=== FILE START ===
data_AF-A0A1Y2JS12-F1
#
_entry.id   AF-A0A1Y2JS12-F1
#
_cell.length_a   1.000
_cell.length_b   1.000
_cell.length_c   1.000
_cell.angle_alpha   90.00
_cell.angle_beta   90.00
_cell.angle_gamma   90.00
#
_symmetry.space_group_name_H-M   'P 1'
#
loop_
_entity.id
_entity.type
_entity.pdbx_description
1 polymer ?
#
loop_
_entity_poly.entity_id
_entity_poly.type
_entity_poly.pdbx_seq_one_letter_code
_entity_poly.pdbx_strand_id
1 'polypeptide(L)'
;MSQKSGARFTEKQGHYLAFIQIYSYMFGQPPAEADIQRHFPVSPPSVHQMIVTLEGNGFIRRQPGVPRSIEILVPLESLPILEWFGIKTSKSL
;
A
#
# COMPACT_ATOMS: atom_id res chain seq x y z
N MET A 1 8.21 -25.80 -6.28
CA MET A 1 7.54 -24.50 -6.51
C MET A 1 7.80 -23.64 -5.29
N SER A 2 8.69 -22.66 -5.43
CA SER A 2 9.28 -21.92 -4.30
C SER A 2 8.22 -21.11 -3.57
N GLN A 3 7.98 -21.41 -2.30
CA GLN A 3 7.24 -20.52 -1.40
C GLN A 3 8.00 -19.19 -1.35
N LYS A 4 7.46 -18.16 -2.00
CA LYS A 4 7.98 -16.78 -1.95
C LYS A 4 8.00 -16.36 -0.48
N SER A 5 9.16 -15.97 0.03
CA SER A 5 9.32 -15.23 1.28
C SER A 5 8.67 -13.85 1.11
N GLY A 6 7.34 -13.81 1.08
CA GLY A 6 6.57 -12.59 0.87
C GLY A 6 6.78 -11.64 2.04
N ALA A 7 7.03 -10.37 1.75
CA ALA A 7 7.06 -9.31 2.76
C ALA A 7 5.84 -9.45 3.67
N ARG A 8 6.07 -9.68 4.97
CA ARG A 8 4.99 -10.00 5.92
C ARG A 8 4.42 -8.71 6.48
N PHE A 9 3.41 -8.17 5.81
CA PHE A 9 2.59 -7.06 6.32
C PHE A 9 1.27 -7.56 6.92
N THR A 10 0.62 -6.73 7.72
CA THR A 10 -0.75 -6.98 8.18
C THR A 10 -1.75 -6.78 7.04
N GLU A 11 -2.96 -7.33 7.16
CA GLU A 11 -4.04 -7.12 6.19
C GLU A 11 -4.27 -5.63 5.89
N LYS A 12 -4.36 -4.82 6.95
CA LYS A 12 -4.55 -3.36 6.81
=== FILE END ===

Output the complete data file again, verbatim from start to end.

data_AF-A0A1Y2JS12-F1
#
_entry.id   AF-A0A1Y2JS12-F1
#
_cell.length_a   1.000
_cell.length_b   1.000
_cell.length_c   1.000
_cell.angle_alpha   90.00
_cell.angle_beta   90.00
_cell.angle_gamma   90.00
#
_symmetry.space_group_name_H-M   'P 1'
#
loop_
_entity.id
_entity.type
_entity.pdbx_description
1 polymer ?
#
loop_
_entity_poly.entity_id
_entity_poly.type
_entity_poly.pdbx_seq_one_letter_code
_entity_poly.pdbx_strand_id
1 'polypeptide(L)'
;MSQKSGARFTEKQGHYLAFIQIYSYMFGQPPAEADIQRHFPVSPPSVHQMIVTLEGNGFIRRQPGVPRSIEILVPLESLPILEWFGIKTSKSL
;
A
#
# COMPACT_ATOMS: atom_id res chain seq x y z
N MET A 1 8.21 -25.80 -6.28
CA MET A 1 7.54 -24.50 -6.51
C MET A 1 7.80 -23.64 -5.29
N SER A 2 8.69 -22.66 -5.43
CA SER A 2 9.28 -21.92 -4.30
C SER A 2 8.22 -21.11 -3.57
N GLN A 3 7.98 -21.41 -2.30
CA GLN A 3 7.24 -20.52 -1.40
C GLN A 3 8.00 -19.19 -1.35
N LYS A 4 7.46 -18.16 -2.00
CA LYS A 4 7.98 -16.78 -1.95
C LYS A 4 8.00 -16.36 -0.48
N SER A 5 9.16 -15.97 0.03
CA SER A 5 9.32 -15.23 1.28
C SER A 5 8.67 -13.85 1.11
N GLY A 6 7.34 -13.81 1.08
CA GLY A 6 6.57 -12.59 0.87
C GLY A 6 6.78 -11.64 2.04
N ALA A 7 7.03 -10.37 1.75
CA ALA A 7 7.06 -9.31 2.76
C ALA A 7 5.84 -9.45 3.67
N ARG A 8 6.07 -9.68 4.97
CA ARG A 8 4.99 -10.00 5.92
C ARG A 8 4.42 -8.71 6.48
N PHE A 9 3.41 -8.17 5.81
CA PHE A 9 2.59 -7.06 6.32
C PHE A 9 1.27 -7.56 6.92
N THR A 10 0.62 -6.73 7.72
CA THR A 10 -0.75 -6.98 8.18
C THR A 10 -1.75 -6.78 7.04
N GLU A 11 -2.96 -7.33 7.16
CA GLU A 11 -4.04 -7.12 6.19
C GLU A 11 -4.27 -5.63 5.89
N LYS A 12 -4.36 -4.82 6.95
CA LYS A 12 -4.55 -3.36 6.81